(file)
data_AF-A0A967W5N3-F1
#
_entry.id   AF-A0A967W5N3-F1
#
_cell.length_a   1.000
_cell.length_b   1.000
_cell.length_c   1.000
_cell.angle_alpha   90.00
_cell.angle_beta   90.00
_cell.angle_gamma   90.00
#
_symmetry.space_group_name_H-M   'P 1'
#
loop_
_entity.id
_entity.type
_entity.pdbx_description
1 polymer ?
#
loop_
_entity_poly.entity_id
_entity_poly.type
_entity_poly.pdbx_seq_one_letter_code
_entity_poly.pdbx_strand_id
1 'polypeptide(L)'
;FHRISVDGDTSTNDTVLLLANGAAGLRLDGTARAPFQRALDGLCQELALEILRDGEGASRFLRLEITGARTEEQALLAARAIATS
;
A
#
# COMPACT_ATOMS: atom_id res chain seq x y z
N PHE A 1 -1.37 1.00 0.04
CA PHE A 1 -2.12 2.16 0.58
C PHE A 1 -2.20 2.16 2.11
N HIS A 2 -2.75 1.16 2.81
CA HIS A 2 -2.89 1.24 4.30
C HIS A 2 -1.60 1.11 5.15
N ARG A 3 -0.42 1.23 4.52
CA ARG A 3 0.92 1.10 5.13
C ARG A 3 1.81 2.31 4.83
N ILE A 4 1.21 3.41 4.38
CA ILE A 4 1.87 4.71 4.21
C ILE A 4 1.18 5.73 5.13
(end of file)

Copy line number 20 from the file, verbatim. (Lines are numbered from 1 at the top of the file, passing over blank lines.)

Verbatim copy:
loop_